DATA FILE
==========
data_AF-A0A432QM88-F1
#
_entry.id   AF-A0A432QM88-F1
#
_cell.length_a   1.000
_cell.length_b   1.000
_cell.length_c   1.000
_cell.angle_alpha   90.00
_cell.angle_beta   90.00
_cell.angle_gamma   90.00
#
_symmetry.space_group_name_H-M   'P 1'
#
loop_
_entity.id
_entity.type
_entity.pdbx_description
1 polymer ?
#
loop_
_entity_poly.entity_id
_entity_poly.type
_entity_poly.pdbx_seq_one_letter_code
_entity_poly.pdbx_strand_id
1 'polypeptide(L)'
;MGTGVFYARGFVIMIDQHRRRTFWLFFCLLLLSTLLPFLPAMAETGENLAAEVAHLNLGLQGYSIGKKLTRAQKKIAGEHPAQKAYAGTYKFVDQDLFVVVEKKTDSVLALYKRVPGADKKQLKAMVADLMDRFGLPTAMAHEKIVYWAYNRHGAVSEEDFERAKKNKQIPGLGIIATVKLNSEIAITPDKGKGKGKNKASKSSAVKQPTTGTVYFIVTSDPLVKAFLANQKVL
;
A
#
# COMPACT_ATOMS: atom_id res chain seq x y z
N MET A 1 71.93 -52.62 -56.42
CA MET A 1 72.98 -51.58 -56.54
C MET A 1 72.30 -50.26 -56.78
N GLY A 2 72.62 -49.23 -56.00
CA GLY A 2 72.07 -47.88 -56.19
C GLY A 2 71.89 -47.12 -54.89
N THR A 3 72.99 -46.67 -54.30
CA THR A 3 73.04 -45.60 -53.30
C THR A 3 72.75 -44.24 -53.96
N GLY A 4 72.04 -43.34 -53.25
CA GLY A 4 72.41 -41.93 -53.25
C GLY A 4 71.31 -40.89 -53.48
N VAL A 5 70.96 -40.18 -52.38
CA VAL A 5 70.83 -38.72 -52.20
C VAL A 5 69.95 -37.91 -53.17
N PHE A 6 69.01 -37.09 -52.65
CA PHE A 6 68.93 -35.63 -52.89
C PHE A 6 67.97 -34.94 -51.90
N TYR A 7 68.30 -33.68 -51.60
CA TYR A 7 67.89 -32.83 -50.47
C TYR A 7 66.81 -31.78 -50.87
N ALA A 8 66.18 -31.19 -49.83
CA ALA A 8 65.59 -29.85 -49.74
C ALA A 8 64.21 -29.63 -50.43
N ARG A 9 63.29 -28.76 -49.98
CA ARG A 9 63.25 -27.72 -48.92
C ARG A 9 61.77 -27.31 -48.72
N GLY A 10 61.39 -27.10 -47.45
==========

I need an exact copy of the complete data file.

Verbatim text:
data_AF-A0A432QM88-F1
#
_entry.id   AF-A0A432QM88-F1
#
_cell.length_a   1.000
_cell.length_b   1.000
_cell.length_c   1.000
_cell.angle_alpha   90.00
_cell.angle_beta   90.00
_cell.angle_gamma   90.00
#
_symmetry.space_group_name_H-M   'P 1'
#
loop_
_entity.id
_entity.type
_entity.pdbx_description
1 polymer ?
#
loop_
_entity_poly.entity_id
_entity_poly.type
_entity_poly.pdbx_seq_one_letter_code
_entity_poly.pdbx_strand_id
1 'polypeptide(L)'
;MGTGVFYARGFVIMIDQHRRRTFWLFFCLLLLSTLLPFLPAMAETGENLAAEVAHLNLGLQGYSIGKKLTRAQKKIAGEHPAQKAYAGTYKFVDQDLFVVVEKKTDSVLALYKRVPGADKKQLKAMVADLMDRFGLPTAMAHEKIVYWAYNRHGAVSEEDFERAKKNKQIPGLGIIATVKLNSEIAITPDKGKGKGKNKASKSSAVKQPTTGTVYFIVTSDPLVKAFLANQKVL
;
A
#
# COMPACT_ATOMS: atom_id res chain seq x y z
N MET A 1 71.93 -52.62 -56.42
CA MET A 1 72.98 -51.58 -56.54
C MET A 1 72.30 -50.26 -56.78
N GLY A 2 72.62 -49.23 -56.00
CA GLY A 2 72.07 -47.88 -56.19
C GLY A 2 71.89 -47.12 -54.89
N THR A 3 72.99 -46.67 -54.30
CA THR A 3 73.04 -45.60 -53.30
C THR A 3 72.75 -44.24 -53.96
N GLY A 4 72.04 -43.34 -53.25
CA GLY A 4 72.41 -41.93 -53.25
C GLY A 4 71.31 -40.89 -53.48
N VAL A 5 70.96 -40.18 -52.38
CA VAL A 5 70.83 -38.72 -52.20
C VAL A 5 69.95 -37.91 -53.17
N PHE A 6 69.01 -37.09 -52.65
CA PHE A 6 68.93 -35.63 -52.89
C PHE A 6 67.97 -34.94 -51.90
N TYR A 7 68.30 -33.68 -51.60
CA TYR A 7 67.89 -32.83 -50.47
C TYR A 7 66.81 -31.78 -50.87
N ALA A 8 66.18 -31.19 -49.83
CA ALA A 8 65.59 -29.85 -49.74
C ALA A 8 64.21 -29.63 -50.43
N ARG A 9 63.29 -28.76 -49.98
CA ARG A 9 63.25 -27.72 -48.92
C ARG A 9 61.77 -27.31 -48.72
N GLY A 10 61.39 -27.10 -47.45